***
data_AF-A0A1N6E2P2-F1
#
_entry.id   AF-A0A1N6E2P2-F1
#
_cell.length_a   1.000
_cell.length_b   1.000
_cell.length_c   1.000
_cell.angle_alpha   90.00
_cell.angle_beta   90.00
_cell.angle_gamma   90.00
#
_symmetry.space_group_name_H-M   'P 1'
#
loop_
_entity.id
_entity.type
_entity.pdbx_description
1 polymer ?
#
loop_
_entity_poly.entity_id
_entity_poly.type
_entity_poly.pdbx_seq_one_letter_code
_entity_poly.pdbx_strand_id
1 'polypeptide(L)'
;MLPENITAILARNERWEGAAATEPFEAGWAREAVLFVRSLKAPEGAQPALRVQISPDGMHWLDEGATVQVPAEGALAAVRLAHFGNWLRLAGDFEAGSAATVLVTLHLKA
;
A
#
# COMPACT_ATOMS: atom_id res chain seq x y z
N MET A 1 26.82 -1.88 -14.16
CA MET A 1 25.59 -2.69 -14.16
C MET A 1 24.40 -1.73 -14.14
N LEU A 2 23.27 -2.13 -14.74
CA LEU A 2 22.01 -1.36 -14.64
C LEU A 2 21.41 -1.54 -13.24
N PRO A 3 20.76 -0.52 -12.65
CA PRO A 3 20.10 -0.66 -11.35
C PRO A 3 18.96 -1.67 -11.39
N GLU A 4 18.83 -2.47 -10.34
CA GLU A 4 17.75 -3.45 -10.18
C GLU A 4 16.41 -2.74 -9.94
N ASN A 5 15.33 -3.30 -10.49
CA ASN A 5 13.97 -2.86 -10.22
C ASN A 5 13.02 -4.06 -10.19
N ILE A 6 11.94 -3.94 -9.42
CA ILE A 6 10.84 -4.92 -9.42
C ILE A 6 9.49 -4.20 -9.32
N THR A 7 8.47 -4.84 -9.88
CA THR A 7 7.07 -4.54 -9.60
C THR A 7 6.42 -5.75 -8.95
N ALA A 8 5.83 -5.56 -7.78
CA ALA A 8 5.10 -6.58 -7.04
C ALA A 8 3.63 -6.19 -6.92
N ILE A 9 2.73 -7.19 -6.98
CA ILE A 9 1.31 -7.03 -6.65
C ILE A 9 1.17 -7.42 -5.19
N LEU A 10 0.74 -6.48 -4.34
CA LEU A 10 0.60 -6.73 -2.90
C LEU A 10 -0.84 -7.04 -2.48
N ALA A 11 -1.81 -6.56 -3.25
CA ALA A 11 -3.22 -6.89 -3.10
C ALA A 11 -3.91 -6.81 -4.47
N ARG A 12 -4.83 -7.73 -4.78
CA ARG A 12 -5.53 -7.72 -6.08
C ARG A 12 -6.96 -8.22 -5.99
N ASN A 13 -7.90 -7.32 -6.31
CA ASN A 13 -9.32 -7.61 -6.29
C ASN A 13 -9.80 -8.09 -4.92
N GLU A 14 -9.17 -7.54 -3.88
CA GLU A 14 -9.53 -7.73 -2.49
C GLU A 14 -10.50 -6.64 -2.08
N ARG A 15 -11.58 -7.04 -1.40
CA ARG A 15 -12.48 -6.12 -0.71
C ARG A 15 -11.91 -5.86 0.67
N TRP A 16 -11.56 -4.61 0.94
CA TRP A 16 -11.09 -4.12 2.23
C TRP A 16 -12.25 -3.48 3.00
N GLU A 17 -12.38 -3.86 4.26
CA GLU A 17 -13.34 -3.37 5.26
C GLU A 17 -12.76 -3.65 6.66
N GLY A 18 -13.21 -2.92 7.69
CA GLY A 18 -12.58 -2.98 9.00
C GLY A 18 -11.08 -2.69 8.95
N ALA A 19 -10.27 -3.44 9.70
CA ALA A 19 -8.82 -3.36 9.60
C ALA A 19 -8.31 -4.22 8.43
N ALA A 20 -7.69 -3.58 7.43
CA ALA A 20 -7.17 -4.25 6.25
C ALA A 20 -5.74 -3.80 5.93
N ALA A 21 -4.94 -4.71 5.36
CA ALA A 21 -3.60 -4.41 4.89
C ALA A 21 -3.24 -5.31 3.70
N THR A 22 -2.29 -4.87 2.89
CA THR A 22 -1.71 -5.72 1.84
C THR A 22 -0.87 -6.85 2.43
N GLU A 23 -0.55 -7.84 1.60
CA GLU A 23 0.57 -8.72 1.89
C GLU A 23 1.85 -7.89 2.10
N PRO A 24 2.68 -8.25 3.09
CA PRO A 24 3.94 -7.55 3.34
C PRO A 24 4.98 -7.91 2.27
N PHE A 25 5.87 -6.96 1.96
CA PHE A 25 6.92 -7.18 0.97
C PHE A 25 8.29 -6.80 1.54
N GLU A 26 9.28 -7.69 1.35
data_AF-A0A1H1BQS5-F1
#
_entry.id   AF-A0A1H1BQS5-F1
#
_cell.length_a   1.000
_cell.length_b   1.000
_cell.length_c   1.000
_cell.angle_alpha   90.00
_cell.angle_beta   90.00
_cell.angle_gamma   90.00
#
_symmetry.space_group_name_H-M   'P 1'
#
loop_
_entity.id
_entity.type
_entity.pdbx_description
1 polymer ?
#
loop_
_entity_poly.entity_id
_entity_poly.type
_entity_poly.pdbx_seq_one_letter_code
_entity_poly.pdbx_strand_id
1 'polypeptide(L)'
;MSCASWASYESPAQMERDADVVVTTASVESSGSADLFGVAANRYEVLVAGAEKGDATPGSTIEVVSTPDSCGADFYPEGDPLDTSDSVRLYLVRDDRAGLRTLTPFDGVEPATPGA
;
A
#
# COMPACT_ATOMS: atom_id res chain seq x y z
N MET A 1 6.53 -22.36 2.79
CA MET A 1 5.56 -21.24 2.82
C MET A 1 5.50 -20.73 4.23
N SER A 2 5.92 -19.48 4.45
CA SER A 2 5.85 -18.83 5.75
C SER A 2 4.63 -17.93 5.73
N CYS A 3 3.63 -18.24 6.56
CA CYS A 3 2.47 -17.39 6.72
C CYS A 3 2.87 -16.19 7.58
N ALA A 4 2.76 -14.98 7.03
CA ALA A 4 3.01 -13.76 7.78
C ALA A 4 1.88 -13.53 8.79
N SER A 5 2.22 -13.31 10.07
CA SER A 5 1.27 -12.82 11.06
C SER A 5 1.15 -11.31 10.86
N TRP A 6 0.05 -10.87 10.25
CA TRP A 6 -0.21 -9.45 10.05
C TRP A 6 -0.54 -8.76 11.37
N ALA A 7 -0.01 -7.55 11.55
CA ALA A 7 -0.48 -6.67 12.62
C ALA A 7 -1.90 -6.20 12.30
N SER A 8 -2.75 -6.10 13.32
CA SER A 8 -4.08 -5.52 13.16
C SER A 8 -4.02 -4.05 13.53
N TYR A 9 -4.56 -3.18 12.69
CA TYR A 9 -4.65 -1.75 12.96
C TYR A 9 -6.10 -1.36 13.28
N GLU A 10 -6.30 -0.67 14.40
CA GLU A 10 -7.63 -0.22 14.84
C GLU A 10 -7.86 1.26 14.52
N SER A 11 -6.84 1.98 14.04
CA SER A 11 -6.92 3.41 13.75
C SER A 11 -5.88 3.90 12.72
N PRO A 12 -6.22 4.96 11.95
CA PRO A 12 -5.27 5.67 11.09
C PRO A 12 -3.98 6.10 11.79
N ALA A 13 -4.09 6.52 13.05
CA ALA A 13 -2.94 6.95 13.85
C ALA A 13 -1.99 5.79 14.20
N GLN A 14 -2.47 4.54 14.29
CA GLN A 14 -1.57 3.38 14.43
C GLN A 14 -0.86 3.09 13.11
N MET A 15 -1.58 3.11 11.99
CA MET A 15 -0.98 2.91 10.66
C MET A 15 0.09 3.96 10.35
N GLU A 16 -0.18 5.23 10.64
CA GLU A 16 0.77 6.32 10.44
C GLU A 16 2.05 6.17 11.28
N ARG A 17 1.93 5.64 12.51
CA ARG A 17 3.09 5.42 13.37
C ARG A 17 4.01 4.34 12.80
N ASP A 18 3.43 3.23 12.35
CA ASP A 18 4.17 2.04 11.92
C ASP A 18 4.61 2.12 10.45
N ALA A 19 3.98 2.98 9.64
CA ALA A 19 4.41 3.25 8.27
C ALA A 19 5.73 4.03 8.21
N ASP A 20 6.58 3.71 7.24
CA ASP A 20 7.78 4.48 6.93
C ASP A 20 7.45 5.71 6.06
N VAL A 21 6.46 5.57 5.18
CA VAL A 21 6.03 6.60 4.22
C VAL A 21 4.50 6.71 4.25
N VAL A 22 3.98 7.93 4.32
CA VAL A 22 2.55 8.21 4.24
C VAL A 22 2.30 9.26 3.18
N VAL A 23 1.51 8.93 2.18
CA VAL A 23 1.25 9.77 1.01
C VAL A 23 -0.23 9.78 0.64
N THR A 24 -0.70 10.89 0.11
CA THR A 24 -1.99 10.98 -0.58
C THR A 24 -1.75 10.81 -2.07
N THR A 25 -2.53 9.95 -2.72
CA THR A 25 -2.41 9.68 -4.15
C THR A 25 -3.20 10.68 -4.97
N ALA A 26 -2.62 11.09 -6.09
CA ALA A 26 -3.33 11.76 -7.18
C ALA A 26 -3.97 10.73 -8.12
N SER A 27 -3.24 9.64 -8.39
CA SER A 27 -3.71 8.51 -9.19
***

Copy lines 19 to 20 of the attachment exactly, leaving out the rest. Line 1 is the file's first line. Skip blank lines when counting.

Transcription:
#
loop_